Endocrinology, Department of Clinical and Molecular Medicine of the University of Catania, Garibaldi-Nesima Hospital, Catania, Italy.

Background: The diffuse sclerosing variant of papillary thyroid carcinoma (DSPC) is a relatively rare variant of papillary thyroid cancer. Large studies of patients with DSPC have been infrequently performed, and controversy still exists concerning some DSPC features and outcomes. The aim of the present study was to retrospectively evaluate the clinicopathologic features and outcomes in a series of 34 consecutive patients with DSPC and to compare them with a larger group of 245 consecutive patients with the classic variant of papillary thyroid carcinoma (cPTC) that were evaluated in the same period.

Patients And Methods: Clinical and histological features (sex, age, tumor size,multifocality, bilaterality, extra thyroid extension, and local and distant metastases) were recorded in all patients, as well as any persistent or recurrent disease and the patients' disease status at last observation. Patients with cPTC were classified as either low (122) or high risk (123). DSPC and high-risk patients were all treated with the same protocol, including ¹³¹I treatment. All patients were included in a Cox regression model analysis to investigate the effect of each variable on the hazard ratio.

Results: As expected, multifocality, bilaterality, and extra thyroid extension were more frequently noted at presentation, and the pT1 category of TNM classification was less frequently noted in DSPC and high-risk patients with cPTC compared with low-risk patients with cPTC. No significant difference was found between patients with DSPC and those with high-risk cPTC, except that extra thyroid extension was found more frequently in the patients with DSPC. Using multivariate analysis, diffuse sclerosing variant was an independent variable for predicting a high risk of persistent and recurrent disease during initial follow-up. However, at a later time, and after further treatment, the disease status was not different between patients with DSPC and those with high-risk cPTC, and only the presence of distant metastases affected the final outcome.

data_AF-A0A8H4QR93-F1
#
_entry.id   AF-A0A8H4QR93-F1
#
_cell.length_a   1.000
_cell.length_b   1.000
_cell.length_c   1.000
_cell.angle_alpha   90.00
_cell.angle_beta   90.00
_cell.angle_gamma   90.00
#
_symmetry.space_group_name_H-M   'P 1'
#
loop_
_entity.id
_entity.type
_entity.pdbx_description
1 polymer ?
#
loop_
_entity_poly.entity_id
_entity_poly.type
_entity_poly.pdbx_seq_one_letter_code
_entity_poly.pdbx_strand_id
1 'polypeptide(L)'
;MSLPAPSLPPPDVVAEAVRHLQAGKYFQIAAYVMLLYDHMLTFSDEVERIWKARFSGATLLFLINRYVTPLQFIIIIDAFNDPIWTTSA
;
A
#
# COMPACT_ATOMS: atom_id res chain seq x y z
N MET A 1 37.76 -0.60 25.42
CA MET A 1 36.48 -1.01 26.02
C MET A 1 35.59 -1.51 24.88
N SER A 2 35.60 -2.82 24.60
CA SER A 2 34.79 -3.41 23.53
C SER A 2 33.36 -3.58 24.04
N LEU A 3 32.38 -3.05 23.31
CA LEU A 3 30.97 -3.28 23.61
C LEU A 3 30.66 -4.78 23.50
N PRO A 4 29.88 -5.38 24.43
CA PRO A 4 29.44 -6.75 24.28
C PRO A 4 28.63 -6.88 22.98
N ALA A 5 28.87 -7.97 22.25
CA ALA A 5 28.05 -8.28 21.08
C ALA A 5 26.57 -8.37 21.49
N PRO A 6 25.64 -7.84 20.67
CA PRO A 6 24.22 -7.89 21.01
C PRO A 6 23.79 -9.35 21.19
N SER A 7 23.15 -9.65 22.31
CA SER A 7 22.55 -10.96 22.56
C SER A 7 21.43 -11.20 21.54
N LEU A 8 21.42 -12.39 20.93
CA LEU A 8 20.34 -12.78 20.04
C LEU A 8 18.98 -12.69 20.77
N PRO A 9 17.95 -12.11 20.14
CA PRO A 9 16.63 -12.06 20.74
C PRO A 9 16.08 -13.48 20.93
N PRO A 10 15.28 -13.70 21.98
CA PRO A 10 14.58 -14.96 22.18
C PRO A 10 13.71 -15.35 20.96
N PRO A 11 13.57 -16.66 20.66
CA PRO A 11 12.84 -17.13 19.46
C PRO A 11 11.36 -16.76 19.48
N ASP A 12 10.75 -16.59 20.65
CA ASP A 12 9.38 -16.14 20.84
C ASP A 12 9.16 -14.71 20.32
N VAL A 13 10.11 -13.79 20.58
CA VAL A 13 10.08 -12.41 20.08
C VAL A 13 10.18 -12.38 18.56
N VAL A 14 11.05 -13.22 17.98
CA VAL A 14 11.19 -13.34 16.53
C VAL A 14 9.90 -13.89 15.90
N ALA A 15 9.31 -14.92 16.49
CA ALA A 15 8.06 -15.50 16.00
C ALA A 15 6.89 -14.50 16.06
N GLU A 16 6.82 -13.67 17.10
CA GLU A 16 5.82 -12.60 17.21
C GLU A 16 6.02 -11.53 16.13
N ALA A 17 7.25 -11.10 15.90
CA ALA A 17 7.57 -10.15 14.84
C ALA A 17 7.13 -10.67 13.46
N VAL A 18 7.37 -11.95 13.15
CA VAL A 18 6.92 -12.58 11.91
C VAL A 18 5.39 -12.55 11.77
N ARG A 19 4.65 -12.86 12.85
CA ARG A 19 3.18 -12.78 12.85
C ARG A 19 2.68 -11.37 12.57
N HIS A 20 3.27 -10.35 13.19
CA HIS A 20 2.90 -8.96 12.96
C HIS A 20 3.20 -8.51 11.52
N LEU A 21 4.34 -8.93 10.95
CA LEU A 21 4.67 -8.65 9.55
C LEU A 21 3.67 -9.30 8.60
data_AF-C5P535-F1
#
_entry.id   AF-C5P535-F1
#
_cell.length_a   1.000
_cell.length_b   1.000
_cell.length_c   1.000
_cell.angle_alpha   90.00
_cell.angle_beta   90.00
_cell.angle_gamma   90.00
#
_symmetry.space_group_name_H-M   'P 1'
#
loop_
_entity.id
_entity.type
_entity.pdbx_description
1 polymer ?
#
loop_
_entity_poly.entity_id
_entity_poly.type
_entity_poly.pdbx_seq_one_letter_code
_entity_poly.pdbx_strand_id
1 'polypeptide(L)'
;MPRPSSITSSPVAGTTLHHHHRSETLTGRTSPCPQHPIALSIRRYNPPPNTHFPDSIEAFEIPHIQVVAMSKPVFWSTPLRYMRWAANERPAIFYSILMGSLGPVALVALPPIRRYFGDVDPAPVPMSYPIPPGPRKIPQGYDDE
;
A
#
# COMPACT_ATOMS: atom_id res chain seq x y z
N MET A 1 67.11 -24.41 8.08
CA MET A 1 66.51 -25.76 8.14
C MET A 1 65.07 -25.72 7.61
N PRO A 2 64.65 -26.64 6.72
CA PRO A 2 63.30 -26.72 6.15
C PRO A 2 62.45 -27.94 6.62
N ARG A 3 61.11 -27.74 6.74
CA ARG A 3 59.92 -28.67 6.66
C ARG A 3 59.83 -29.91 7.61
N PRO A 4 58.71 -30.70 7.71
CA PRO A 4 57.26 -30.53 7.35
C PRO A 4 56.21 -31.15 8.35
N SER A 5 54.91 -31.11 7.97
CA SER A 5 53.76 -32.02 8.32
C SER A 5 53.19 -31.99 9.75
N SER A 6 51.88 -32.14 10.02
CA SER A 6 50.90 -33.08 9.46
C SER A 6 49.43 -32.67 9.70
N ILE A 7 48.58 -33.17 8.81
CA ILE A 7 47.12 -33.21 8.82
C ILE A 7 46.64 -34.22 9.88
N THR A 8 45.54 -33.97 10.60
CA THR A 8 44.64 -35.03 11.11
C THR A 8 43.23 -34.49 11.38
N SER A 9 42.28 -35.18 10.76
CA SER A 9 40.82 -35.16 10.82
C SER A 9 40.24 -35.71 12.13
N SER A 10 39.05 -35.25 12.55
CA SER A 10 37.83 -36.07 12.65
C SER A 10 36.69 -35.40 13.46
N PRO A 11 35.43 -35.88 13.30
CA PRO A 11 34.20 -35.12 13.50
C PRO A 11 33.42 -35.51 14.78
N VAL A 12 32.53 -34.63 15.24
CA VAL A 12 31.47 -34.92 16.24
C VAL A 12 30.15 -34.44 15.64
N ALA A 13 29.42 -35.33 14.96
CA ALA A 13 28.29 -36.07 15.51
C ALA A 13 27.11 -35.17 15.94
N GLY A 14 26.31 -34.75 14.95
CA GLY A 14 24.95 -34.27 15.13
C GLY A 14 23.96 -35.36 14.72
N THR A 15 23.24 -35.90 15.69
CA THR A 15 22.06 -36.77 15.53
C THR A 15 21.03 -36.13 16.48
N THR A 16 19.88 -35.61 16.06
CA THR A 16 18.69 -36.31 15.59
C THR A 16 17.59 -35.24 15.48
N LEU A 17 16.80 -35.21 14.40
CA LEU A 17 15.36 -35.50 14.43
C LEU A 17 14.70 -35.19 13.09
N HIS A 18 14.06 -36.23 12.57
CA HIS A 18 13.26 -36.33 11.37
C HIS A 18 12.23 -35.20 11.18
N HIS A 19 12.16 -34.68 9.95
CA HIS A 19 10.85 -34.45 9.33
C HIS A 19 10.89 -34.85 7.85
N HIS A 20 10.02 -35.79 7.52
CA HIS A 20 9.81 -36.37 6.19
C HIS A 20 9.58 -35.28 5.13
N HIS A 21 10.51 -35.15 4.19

Conclusions: DSPC is a thyroid papillary carcinoma variant characterized by high aggressiveness. In patients with DSPC, the outcome is worse than in patients with low-risk cPTC; and, at presentation, characteristics are somewhat worse than for patients with high-risk cPTC.At medium term, the outcome is similar to that observed in patients with high-risk cPTC, provided aggressive treatment is used (additional surgical intervention, when required, and/or ¹³¹I radiotherapy).
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http://dx.doi.org/10.1089/thy.2010.0331DOI Listing
April 2011

Determinants of liver damage associated with intravenous methylprednisolone pulse therapy in Graves' ophthalmopathy.

Thyroid 2007 Apr;17(4):357-62

Department of Endocrinology and Metabolism, Academic Medical Center, University of Amsterdam, The Netherlands.